It's more than a little shocking when someone makes a movie that deals harshly with abortion. This is Hollywood after all. Abortion is a feminist sacrament. The movie "October Baby" just debuted on 390 screens and registered in eighth place for the weekend, with an estimated $1.7 million gross.
"October Baby" is a drama loosely based on the real-life story of Gianna Jessen, born with cerebral palsy after she survived a failed abortion procedure and now a celebrated pro-life speaker. In the film, the lead character, Hannah, discovers her adoptive parents hid from her that she was never meant to be born.
Naturally, the critics just couldn't judge this movie by artistic standards. It had to be savaged because it is so politically incorrect. New York Times film critic Jeannette Catsoulis bared her ideological fangs at this improbable movie: "Not even a dewy heroine and a youth-friendly vibe can disguise the essential ugliness at its core: like the bloodied placards brandished by demonstrators outside women's health clinics, the film communicates in the language of guilt and fear."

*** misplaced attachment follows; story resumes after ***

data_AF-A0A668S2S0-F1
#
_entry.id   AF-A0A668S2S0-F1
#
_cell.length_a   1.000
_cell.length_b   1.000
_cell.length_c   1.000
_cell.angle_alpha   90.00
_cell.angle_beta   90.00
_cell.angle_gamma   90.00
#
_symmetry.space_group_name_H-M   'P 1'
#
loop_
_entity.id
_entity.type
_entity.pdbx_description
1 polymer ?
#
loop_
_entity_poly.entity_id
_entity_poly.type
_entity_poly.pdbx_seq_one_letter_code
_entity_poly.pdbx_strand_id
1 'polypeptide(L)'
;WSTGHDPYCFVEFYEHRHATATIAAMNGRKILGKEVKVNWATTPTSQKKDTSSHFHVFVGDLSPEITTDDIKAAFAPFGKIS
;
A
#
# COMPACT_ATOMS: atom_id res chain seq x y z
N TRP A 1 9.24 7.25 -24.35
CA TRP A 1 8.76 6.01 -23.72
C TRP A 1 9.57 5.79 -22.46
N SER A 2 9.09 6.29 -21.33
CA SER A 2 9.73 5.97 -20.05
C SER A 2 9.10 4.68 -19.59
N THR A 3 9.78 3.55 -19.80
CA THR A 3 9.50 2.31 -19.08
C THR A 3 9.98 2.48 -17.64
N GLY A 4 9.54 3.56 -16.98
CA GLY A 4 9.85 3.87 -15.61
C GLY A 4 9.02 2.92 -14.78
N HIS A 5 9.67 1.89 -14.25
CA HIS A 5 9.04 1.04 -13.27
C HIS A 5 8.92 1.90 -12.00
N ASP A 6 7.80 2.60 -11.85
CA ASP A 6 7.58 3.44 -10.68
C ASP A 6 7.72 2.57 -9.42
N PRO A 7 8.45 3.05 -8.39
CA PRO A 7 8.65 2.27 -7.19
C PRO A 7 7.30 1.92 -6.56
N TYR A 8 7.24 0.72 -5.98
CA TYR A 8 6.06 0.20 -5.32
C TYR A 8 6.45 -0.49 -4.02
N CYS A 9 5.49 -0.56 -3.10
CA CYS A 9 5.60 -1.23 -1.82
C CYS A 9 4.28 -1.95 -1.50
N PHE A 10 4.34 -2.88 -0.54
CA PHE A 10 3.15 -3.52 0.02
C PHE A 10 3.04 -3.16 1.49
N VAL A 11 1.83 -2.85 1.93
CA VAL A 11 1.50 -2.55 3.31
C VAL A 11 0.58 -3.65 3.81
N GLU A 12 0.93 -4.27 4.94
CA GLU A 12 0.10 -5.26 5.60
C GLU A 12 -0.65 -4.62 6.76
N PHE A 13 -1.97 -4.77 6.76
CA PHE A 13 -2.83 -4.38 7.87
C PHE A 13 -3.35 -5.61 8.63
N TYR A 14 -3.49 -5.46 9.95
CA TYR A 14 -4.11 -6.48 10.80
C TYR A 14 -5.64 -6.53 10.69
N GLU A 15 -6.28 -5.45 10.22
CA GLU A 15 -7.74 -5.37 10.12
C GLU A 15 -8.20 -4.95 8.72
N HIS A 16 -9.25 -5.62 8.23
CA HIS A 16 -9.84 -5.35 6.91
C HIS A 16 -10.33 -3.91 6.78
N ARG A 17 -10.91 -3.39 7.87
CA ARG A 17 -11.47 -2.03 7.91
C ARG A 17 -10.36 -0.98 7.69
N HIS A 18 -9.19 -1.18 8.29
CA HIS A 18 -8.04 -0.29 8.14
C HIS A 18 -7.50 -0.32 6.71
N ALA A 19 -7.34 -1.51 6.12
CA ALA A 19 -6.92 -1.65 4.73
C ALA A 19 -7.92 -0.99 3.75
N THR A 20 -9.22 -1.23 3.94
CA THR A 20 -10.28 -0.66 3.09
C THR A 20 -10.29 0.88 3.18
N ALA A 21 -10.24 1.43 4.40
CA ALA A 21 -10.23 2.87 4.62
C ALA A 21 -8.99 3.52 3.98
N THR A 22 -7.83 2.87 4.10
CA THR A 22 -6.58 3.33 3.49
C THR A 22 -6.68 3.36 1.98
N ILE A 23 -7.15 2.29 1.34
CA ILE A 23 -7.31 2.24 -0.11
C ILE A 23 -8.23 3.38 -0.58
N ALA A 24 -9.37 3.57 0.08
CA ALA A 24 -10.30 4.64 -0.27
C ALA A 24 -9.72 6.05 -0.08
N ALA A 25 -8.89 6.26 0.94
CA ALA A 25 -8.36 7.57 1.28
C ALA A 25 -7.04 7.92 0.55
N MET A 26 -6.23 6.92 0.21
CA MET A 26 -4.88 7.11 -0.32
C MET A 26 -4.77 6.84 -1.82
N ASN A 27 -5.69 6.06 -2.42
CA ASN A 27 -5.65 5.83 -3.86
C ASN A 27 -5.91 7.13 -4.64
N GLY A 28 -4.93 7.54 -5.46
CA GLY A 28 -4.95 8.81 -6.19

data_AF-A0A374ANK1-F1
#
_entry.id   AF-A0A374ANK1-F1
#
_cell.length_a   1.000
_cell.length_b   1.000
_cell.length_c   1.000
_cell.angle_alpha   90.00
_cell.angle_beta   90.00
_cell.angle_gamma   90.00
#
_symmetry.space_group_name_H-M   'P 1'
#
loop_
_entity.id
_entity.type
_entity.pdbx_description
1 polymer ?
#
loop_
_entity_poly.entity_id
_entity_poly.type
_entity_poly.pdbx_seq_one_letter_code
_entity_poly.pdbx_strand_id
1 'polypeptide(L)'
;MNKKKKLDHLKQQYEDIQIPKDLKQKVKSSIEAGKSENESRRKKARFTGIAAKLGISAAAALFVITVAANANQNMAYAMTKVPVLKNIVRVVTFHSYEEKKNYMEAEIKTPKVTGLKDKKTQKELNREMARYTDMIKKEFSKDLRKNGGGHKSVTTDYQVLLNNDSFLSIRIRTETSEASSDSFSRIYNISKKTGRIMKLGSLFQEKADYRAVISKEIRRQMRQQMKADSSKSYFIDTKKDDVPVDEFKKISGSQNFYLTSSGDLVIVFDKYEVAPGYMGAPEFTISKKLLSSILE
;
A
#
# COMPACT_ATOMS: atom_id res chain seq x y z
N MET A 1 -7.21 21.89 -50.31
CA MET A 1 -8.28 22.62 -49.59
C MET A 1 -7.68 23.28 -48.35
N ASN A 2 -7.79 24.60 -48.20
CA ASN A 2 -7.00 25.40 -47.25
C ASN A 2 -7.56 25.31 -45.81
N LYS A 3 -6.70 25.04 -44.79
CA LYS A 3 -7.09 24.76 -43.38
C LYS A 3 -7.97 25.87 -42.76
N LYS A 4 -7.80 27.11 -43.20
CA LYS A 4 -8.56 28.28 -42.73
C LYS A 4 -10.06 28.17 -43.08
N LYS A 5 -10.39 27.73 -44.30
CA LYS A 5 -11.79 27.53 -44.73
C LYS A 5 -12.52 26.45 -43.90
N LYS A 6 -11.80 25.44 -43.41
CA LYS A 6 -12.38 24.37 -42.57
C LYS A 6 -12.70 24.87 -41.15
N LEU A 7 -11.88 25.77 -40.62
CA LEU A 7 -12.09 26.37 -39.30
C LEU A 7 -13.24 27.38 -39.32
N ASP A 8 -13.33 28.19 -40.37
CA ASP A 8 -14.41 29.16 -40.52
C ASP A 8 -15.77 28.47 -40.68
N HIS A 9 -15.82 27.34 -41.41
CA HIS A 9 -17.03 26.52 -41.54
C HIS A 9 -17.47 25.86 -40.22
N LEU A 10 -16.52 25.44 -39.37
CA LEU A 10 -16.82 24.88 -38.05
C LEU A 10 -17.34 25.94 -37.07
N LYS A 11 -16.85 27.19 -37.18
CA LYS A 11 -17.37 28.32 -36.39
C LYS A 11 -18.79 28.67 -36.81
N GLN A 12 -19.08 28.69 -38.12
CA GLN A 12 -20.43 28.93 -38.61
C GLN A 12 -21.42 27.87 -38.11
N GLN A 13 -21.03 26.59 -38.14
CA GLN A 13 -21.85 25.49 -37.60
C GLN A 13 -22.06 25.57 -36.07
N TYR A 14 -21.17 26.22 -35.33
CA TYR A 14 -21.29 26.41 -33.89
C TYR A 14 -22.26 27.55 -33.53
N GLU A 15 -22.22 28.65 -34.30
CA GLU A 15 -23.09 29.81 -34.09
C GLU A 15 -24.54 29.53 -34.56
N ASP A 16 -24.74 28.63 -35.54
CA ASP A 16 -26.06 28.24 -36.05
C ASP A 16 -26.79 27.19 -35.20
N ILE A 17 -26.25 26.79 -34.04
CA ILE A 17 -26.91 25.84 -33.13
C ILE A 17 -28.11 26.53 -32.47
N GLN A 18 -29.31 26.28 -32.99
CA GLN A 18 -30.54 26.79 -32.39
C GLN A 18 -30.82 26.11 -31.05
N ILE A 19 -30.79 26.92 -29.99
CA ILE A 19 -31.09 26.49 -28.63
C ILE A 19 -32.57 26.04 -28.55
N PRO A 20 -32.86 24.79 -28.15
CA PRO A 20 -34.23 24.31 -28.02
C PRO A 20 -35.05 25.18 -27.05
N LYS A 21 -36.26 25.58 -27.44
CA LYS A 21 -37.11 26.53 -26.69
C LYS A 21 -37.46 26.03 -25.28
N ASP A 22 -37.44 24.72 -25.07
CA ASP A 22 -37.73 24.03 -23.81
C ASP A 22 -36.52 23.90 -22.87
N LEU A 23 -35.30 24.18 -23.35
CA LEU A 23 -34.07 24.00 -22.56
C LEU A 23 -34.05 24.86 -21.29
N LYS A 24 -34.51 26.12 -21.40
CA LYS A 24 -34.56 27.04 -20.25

Ouch. A celebration of life is "essential ugliness." One of the film's most powerful moments was assailed by Catsoulis as propaganda. Jasmine Guy plays the clinic nurse who assisted at Hannah's birth. "Her pivotal speech, a gory portrait of fetal mutilation and maternal distress, conjures a vision of medical hackery that is clearly intended to terrify young women -- and fits right in with proposed state laws that increasingly turn the screws on a woman's dominion over her reproductive system."
Notice how the Times couldn't focus on the movie without imagining the horror of conservative state legislators reducing a "woman's dominion" over the termination of unborn children, no matter how advanced the pregnancy.
What is it that the nurse says that is so offensive? "I didn't see no tissue, just the face of a child." This is not a Hollywood talking point.
Catsoulis concludes, "'Hate the crime, not the criminal,' a friendly police officer advises Hannah. Except that abortion is not a crime, no matter how fervently some people continue to wish that it were."
But if you do consider abortion a crime -- against God -- isn't that the kind of compassionate message Hollywood preaches regularly? Such is the militancy of this issue in Hollywood.
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